Sugar is not corrosive, in any sense of the term, so how does it causwe decay in our teeth?
Well let’s start by considering what teeth are, and what could possibly be corrosive to them.
Teeth are an inorganic composite – calcium phosphate. Any phosphate will dissolve in an acid, so that’s probably a good place to start looking.
What could be in our mouths that’s acidic? An obvious culprit is orange juice, containing citric acid.
The problem with that theory however is that citric acid is just not that acidic, and in any case, once we swallow it how much of it remains left behind on their teeth?
No, we have to look elsewhere.
In fact, sugar is indeed the culprit, but by a roundabout sort of route. What happens is that the sucrose (sugar) combines with proteins to form glycoproteins, which stick to our teeth like glue. This, in fact, is what plaque is, and this process is the beginning of plaque formation on their teeth.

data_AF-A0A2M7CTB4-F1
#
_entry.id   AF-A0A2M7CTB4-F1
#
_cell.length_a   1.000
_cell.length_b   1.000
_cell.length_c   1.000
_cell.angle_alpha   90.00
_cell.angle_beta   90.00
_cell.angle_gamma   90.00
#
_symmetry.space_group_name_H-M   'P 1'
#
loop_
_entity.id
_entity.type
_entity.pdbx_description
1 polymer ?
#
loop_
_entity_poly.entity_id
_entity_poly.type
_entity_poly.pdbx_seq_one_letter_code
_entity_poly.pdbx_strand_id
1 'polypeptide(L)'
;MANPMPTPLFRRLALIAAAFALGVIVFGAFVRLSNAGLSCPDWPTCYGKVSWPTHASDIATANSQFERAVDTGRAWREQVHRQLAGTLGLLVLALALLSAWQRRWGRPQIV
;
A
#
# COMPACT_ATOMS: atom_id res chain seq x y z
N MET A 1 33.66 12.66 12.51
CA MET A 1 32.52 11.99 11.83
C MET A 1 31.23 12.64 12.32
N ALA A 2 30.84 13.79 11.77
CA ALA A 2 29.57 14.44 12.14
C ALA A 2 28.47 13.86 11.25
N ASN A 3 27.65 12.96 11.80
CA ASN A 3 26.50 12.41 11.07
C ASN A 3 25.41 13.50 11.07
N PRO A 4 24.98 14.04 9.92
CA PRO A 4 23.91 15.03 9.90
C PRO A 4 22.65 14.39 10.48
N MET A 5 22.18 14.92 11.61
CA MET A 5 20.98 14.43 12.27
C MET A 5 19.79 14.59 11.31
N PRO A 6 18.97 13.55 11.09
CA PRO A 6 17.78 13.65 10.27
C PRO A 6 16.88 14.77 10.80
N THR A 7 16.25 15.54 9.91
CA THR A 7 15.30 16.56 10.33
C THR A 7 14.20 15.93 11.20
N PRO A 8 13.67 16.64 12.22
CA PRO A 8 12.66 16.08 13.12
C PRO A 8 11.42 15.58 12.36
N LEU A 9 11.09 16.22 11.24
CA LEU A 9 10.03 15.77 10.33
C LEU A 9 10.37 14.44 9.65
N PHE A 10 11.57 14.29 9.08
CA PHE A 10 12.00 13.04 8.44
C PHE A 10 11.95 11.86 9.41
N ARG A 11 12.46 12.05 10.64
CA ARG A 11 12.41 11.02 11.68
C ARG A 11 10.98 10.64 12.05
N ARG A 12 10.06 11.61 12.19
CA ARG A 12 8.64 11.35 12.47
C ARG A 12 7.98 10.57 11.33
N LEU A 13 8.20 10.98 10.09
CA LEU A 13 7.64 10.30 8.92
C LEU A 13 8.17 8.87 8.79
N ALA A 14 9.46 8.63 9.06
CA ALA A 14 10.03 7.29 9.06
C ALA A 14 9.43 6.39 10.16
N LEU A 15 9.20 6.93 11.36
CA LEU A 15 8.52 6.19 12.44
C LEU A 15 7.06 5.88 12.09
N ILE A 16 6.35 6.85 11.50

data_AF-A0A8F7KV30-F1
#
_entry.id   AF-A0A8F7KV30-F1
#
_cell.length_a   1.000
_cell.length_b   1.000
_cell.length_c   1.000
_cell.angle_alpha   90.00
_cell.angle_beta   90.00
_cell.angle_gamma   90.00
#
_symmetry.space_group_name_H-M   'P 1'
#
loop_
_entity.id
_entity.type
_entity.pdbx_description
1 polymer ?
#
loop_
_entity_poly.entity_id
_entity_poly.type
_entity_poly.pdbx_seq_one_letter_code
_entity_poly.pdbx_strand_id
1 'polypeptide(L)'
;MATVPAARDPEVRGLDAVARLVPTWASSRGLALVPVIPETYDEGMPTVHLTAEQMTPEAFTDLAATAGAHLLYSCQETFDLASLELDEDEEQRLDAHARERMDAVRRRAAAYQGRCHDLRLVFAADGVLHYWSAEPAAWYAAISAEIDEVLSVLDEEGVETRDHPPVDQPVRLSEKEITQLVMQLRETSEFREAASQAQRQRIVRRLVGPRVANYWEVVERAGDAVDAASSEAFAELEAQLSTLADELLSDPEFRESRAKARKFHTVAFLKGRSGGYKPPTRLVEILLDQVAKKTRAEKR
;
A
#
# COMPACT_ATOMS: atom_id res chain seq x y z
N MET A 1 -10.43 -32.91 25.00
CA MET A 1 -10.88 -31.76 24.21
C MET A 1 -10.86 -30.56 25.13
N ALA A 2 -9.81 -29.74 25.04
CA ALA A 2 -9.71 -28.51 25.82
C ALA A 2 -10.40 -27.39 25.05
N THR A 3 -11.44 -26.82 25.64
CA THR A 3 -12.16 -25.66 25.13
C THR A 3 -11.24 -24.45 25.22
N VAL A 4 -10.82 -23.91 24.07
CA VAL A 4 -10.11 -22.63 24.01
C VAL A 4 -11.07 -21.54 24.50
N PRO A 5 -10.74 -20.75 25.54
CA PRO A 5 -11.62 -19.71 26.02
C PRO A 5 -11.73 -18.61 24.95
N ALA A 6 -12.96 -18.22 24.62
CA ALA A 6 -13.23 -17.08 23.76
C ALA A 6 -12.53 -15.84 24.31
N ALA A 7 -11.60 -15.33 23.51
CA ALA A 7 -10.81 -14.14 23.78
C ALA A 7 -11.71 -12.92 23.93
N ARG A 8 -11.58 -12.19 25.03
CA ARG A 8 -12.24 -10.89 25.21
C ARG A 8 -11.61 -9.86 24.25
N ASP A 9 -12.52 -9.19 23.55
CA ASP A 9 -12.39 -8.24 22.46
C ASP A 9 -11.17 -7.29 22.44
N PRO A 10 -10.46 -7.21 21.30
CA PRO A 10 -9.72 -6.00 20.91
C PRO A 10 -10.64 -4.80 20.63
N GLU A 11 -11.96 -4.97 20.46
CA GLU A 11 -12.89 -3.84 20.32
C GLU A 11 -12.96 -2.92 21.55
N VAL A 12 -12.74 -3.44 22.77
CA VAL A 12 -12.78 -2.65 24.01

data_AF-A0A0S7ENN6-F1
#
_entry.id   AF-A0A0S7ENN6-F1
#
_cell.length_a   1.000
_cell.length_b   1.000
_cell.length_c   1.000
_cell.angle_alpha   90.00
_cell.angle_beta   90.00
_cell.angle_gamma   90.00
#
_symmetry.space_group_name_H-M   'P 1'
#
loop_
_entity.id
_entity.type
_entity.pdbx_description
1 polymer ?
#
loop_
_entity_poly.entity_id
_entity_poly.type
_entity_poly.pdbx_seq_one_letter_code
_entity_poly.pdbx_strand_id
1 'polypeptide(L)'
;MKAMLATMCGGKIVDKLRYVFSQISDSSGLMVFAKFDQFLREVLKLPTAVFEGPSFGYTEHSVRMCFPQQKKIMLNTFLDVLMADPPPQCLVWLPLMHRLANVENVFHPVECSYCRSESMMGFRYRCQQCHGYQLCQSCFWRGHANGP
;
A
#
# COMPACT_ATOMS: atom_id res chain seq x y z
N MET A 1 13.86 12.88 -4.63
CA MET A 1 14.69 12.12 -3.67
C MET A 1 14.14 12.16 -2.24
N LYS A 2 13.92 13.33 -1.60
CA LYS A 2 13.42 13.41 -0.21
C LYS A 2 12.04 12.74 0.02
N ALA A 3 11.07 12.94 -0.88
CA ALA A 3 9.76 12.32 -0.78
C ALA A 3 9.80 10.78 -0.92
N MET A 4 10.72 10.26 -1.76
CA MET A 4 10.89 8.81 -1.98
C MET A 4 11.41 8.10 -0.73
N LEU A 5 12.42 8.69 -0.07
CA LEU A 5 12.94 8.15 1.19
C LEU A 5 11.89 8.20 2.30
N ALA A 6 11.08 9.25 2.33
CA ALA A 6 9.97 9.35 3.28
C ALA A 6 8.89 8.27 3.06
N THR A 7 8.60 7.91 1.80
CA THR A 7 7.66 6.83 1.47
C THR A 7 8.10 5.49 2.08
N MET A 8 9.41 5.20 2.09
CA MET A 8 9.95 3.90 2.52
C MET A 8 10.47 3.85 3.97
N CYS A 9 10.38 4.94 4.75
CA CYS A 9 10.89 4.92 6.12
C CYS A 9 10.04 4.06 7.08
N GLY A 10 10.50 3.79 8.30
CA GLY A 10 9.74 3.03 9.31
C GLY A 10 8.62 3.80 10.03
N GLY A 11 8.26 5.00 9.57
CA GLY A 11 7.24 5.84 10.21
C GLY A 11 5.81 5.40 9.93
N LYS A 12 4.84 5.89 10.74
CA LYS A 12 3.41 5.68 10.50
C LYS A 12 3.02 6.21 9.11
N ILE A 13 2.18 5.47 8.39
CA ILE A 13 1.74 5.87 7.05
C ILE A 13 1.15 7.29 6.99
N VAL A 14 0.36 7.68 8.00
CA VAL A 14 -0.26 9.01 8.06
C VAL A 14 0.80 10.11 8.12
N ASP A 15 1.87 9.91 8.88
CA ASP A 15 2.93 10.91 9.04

What happens next is that bacteria in your mouth convert the fructose part of the sucrose molecule to glycogen, to get energy. The end result of this process is lactic acid.
We all know what lactic acid is, particularly those who exercise. It’s that burning sensation in your muscles when you are working them too hard. And running out of breath. In fact we know this is due to lack of oxygen as lactic acid forms under anaerobic conditions. And the same is true in your mouth – locked away between your teeth and your gums, the bacteria can’t get enough oxygen, therefore they use an anaerobic process to make the lactic acid.
How acidic is lactic acid? The answer is it’s about 10 times more acidic than acetic acid (vinegar) which is itself acidic enough to be used as a cleaning agent in many household formulations.
So yes, lactic acid is well and truly acidic enough to dissolve the calcium phosphate in your teeth. This is why many toothpastes now contain sodium bicarbonate – this raises the pH and neutralises the acid, thus protecting your teeth.